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    Joe Cool 6 years ago

    Why don’t the ‘indigenous players’ compensate the white farmers? On what logical basis should the ‘indigenous players’ get something for nothing? Or is it part of Zimbabweans’ rich cultural heritage?

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    Trebor Ebagum 6 years ago

    How does one compensate a dead white farmer?

  • comment-avatar

    Now let me get this right. Zanu Pf beneficiaries of free land grab have had 14 yrs to farm on developed farms with all equipment and government loans,inputs,and more government equipment courtesy of the tax payer. They now want the government ie tax payer ( bankrupt) to compensate the ex professional white farmers,so that they can get new loans from the western international banks ,so that they can carry on subsistence farming and start a new round of never paying back debts. Have Zimbabwians gone mad?

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    C Frizell 6 years ago

    The people who were “given” farms not belonging to them should rightly pay the legal owners. To me that is common sense.

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    former farmer 6 years ago

    Lets get this in perspective. The problems the country now faces are a direct result on the ‘land grab’. The beneficiaries are guilty of theft or receiving stolen property. The GOZ has no hope of paying for something which in hindsight they never intended to pay for. They have attempted legalised theft and are falling short – with or without Professor Schoones’ propaganda. The world financial institutions will not lend money them whilst they are on this track and they can not fool the people any longer. I get more and more ordinary citizens saying ‘ you white guys must go back to the farms’ on almost a daily basis. The man in the street realises the racist injustice and persecution of fellow Zimbabweans.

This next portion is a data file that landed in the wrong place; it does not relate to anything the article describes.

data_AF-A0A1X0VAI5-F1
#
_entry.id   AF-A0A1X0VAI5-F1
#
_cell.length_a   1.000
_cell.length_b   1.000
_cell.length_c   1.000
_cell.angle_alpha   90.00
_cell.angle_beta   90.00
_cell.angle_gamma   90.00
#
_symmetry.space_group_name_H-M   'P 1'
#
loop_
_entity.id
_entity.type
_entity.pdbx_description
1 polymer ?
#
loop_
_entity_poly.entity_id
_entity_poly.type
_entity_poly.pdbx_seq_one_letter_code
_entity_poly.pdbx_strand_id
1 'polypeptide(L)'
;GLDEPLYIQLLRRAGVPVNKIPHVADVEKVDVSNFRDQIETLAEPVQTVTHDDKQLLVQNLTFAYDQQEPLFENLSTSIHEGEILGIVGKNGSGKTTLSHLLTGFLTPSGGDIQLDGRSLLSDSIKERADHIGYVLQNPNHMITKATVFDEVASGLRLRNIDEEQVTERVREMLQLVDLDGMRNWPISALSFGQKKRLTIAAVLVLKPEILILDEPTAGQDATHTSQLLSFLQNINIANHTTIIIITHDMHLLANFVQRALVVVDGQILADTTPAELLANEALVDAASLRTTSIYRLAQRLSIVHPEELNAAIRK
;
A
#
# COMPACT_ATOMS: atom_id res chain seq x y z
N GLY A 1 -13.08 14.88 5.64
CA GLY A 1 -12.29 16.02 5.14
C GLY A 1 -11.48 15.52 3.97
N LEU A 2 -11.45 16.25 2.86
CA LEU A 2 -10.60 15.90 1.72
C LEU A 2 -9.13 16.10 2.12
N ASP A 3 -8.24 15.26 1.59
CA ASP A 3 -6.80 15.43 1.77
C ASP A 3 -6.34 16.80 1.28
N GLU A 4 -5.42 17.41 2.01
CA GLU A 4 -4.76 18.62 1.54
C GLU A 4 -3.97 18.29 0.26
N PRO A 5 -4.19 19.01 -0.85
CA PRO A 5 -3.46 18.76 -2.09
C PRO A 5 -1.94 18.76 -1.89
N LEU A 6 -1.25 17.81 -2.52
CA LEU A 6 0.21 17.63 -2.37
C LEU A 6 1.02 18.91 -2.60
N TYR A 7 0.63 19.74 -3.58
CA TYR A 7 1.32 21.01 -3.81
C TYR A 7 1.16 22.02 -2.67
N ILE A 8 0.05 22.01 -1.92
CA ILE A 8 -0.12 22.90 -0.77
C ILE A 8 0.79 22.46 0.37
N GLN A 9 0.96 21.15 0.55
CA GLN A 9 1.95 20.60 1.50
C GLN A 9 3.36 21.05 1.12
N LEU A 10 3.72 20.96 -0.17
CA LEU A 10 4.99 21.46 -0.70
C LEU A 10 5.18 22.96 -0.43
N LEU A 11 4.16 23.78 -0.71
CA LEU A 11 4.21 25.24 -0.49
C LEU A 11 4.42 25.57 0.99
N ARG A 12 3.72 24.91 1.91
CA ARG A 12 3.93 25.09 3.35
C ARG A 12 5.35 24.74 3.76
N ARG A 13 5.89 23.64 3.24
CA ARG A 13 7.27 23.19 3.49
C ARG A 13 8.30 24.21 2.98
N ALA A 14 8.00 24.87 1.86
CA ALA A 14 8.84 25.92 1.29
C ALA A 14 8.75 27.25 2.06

The solution to the current economic situation is to listen to the man on the street and get the farmers back. Restore their property rights and compensate them for their losses (and damage to the farms) a lump sum of US$500 000 each – which is a fraction of the compensation awarded in The Hague, SADCC Tribunal and South African courts and which is now unaffordable to the country. The farmers are Zimbabwean citizens. Put this issue right and the country will recover in as little as 24 months. The world will funds such a programme as it is the cheapest option to getting Zimbabwe back on its feet. Put simply, the farmers would employ people and buy inputs. The employees would spend their wages, the suppliers stock more and employ more people. Those people would spend and pay VAT and PAYE and so it goes. The nation benefits and the 2.2million jobs delivered by simply restoring the rights of 4500 Zimbabweans AND ZIMBABWE TAKES ITS RIGHTFUL PLACE AS THE BREAD BASKET OF AFRICA and an inspiration to good governance. Is that asking too much?